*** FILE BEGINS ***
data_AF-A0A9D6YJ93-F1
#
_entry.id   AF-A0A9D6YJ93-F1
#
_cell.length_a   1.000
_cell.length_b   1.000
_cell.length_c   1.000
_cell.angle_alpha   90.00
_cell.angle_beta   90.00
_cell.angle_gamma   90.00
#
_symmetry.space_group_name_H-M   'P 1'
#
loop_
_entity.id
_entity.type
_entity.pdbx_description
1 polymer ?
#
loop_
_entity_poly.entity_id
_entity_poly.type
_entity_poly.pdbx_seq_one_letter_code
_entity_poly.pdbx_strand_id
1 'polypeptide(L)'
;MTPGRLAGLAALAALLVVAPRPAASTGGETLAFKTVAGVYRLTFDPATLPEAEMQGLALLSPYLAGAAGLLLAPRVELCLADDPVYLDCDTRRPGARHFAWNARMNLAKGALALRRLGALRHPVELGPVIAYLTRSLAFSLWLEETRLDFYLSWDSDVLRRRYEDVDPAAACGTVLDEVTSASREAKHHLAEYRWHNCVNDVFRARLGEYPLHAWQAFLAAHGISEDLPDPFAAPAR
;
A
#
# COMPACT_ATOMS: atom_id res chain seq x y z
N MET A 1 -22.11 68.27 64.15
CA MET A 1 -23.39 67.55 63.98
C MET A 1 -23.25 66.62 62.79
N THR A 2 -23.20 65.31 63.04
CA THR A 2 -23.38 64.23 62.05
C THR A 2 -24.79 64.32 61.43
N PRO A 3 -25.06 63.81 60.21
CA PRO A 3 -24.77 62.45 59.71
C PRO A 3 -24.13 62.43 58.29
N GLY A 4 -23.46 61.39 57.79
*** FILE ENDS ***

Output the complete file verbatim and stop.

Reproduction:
data_AF-A0A9D6YJ93-F1
#
_entry.id   AF-A0A9D6YJ93-F1
#
_cell.length_a   1.000
_cell.length_b   1.000
_cell.length_c   1.000
_cell.angle_alpha   90.00
_cell.angle_beta   90.00
_cell.angle_gamma   90.00
#
_symmetry.space_group_name_H-M   'P 1'
#
loop_
_entity.id
_entity.type
_entity.pdbx_description
1 polymer ?
#
loop_
_entity_poly.entity_id
_entity_poly.type
_entity_poly.pdbx_seq_one_letter_code
_entity_poly.pdbx_strand_id
1 'polypeptide(L)'
;MTPGRLAGLAALAALLVVAPRPAASTGGETLAFKTVAGVYRLTFDPATLPEAEMQGLALLSPYLAGAAGLLLAPRVELCLADDPVYLDCDTRRPGARHFAWNARMNLAKGALALRRLGALRHPVELGPVIAYLTRSLAFSLWLEETRLDFYLSWDSDVLRRRYEDVDPAAACGTVLDEVTSASREAKHHLAEYRWHNCVNDVFRARLGEYPLHAWQAFLAAHGISEDLPDPFAAPAR
;
A
#
# COMPACT_ATOMS: atom_id res chain seq x y z
N MET A 1 -22.11 68.27 64.15
CA MET A 1 -23.39 67.55 63.98
C MET A 1 -23.25 66.62 62.79
N THR A 2 -23.20 65.31 63.04
CA THR A 2 -23.38 64.23 62.05
C THR A 2 -24.79 64.32 61.43
N PRO A 3 -25.06 63.81 60.21
CA PRO A 3 -24.77 62.45 59.71
C PRO A 3 -24.13 62.43 58.29
N GLY A 4 -23.46 61.39 57.79